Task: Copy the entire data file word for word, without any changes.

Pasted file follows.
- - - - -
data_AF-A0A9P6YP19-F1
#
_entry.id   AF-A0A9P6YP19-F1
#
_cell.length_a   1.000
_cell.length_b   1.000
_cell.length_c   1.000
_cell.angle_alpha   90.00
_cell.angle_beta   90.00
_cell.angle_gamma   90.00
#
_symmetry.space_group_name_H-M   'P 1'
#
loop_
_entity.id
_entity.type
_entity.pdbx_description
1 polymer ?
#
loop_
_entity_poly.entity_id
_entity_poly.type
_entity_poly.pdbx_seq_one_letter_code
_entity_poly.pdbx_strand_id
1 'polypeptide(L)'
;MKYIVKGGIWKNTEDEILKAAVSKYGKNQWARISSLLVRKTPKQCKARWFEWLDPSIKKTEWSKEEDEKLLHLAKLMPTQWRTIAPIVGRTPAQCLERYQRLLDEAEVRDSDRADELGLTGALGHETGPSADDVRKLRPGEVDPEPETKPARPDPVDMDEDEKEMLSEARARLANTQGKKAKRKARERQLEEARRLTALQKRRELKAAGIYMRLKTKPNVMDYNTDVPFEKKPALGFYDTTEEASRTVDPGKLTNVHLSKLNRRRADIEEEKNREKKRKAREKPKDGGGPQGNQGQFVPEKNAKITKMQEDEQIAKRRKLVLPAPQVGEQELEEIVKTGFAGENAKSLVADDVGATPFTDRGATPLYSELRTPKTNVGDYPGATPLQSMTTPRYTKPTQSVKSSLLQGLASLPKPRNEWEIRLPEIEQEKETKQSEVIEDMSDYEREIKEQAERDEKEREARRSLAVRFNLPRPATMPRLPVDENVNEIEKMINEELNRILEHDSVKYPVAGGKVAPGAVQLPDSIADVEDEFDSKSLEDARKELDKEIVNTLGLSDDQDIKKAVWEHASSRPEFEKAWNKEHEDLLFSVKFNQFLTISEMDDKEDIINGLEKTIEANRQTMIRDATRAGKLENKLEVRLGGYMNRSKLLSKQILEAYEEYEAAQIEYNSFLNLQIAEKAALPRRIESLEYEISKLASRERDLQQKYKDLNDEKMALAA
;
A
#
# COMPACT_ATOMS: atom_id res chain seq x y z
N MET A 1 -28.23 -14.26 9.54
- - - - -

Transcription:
data_AF-A0A9P6YP19-F1
#
_entry.id   AF-A0A9P6YP19-F1
#
_cell.length_a   1.000
_cell.length_b   1.000
_cell.length_c   1.000
_cell.angle_alpha   90.00
_cell.angle_beta   90.00
_cell.angle_gamma   90.00
#
_symmetry.space_group_name_H-M   'P 1'
#
loop_
_entity.id
_entity.type
_entity.pdbx_description
1 polymer ?
#
loop_
_entity_poly.entity_id
_entity_poly.type
_entity_poly.pdbx_seq_one_letter_code
_entity_poly.pdbx_strand_id
1 'polypeptide(L)'
;MKYIVKGGIWKNTEDEILKAAVSKYGKNQWARISSLLVRKTPKQCKARWFEWLDPSIKKTEWSKEEDEKLLHLAKLMPTQWRTIAPIVGRTPAQCLERYQRLLDEAEVRDSDRADELGLTGALGHETGPSADDVRKLRPGEVDPEPETKPARPDPVDMDEDEKEMLSEARARLANTQGKKAKRKARERQLEEARRLTALQKRRELKAAGIYMRLKTKPNVMDYNTDVPFEKKPALGFYDTTEEASRTVDPGKLTNVHLSKLNRRRADIEEEKNREKKRKAREKPKDGGGPQGNQGQFVPEKNAKITKMQEDEQIAKRRKLVLPAPQVGEQELEEIVKTGFAGENAKSLVADDVGATPFTDRGATPLYSELRTPKTNVGDYPGATPLQSMTTPRYTKPTQSVKSSLLQGLASLPKPRNEWEIRLPEIEQEKETKQSEVIEDMSDYEREIKEQAERDEKEREARRSLAVRFNLPRPATMPRLPVDENVNEIEKMINEELNRILEHDSVKYPVAGGKVAPGAVQLPDSIADVEDEFDSKSLEDARKELDKEIVNTLGLSDDQDIKKAVWEHASSRPEFEKAWNKEHEDLLFSVKFNQFLTISEMDDKEDIINGLEKTIEANRQTMIRDATRAGKLENKLEVRLGGYMNRSKLLSKQILEAYEEYEAAQIEYNSFLNLQIAEKAALPRRIESLEYEISKLASRERDLQQKYKDLNDEKMALAA
;
A
#
# COMPACT_ATOMS: atom_id res chain seq x y z
N MET A 1 -28.23 -14.26 9.54